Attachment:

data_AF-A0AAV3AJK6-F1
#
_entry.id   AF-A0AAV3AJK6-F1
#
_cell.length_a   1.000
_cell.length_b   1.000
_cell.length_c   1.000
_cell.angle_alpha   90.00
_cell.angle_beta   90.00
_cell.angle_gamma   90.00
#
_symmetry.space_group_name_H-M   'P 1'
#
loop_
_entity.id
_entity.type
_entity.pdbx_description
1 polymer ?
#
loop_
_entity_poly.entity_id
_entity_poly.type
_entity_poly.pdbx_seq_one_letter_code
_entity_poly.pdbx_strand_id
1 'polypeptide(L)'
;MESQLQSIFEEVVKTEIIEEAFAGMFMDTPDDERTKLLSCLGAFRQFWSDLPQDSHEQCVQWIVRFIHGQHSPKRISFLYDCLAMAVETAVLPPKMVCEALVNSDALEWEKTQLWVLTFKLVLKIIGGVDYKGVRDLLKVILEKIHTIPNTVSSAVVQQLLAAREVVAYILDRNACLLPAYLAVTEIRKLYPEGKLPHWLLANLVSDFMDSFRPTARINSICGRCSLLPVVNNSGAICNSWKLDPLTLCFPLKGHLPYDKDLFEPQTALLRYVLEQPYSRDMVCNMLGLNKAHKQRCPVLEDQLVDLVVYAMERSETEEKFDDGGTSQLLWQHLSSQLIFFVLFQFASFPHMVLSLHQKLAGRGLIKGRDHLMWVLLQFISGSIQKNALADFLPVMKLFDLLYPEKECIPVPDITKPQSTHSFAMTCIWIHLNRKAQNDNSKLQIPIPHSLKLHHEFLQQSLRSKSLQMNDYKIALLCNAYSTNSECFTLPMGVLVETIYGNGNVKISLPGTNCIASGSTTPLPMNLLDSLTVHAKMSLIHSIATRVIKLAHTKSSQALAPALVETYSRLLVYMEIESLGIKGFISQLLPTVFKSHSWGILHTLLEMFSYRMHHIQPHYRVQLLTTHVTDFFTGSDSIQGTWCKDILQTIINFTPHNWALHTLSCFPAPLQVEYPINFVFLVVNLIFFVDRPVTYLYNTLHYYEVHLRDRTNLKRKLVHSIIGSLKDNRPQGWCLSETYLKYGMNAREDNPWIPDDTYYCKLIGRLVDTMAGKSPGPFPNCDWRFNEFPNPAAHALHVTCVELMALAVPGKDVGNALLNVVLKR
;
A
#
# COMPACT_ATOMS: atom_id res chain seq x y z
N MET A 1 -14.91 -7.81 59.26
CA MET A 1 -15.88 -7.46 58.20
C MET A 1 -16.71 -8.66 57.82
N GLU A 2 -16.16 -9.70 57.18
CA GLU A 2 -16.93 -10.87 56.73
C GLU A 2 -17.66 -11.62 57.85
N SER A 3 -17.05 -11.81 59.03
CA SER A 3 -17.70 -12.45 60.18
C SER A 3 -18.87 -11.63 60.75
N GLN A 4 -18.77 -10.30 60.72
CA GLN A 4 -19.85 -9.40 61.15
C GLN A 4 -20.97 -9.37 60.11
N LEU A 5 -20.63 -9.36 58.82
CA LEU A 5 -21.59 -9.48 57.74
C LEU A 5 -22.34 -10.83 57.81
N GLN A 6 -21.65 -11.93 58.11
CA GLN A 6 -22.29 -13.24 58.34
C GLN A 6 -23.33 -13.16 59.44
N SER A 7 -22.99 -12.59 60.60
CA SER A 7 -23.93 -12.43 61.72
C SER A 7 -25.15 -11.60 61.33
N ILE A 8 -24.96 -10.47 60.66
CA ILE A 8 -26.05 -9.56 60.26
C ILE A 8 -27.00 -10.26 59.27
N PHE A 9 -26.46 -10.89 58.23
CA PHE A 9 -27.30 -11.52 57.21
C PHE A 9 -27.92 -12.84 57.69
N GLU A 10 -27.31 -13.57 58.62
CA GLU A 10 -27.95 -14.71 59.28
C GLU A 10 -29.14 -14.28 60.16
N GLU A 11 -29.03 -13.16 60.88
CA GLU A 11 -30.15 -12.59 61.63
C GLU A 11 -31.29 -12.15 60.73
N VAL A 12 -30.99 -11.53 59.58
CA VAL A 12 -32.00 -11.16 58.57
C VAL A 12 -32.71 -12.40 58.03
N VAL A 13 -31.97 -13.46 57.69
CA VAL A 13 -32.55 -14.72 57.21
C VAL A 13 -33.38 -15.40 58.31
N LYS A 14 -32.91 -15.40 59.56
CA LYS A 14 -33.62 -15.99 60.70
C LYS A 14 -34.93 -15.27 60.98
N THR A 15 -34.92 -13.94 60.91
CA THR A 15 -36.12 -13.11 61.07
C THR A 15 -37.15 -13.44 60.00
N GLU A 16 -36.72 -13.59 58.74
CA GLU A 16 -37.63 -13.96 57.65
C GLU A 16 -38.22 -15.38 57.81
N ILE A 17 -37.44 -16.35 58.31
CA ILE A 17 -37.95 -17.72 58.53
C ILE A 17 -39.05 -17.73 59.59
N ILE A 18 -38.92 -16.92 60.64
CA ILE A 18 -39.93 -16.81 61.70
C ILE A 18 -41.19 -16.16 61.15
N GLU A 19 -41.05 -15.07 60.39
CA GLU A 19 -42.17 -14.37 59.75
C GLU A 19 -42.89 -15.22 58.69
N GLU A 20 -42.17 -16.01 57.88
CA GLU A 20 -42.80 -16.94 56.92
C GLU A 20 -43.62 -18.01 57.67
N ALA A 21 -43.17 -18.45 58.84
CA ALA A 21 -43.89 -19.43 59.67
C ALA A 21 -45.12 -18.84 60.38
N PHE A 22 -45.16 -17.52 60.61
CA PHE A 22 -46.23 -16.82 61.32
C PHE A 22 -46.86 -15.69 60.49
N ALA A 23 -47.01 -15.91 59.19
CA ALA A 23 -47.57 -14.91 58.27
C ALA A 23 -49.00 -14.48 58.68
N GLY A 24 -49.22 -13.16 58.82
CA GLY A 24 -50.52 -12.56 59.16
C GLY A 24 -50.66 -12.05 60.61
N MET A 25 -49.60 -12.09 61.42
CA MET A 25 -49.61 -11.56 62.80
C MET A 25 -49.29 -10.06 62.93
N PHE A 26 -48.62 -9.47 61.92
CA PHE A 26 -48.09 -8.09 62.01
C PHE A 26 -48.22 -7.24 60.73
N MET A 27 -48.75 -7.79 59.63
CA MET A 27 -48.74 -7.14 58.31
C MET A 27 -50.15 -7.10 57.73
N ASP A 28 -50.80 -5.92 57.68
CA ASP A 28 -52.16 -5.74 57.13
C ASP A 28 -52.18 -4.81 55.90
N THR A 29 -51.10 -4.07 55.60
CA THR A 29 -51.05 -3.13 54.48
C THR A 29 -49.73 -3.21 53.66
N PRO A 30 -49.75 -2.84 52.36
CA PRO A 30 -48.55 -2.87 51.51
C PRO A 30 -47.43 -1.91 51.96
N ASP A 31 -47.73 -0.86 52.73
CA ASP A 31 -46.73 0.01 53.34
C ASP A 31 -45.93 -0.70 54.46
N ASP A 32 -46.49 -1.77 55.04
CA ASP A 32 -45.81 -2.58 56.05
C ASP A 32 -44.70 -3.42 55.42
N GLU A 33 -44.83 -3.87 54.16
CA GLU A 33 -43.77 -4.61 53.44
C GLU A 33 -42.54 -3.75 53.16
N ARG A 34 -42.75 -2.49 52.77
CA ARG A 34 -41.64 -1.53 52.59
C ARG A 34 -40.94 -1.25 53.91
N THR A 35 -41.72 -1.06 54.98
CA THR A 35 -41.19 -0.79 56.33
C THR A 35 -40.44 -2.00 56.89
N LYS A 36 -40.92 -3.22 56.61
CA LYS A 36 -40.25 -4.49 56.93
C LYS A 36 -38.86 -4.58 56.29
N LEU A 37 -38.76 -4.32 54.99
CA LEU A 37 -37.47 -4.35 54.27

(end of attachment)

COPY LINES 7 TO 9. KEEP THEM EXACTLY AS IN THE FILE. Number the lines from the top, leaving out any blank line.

_cell.length_c   1.000
_cell.angle_alpha   90.00
_cell.angle_beta   90.00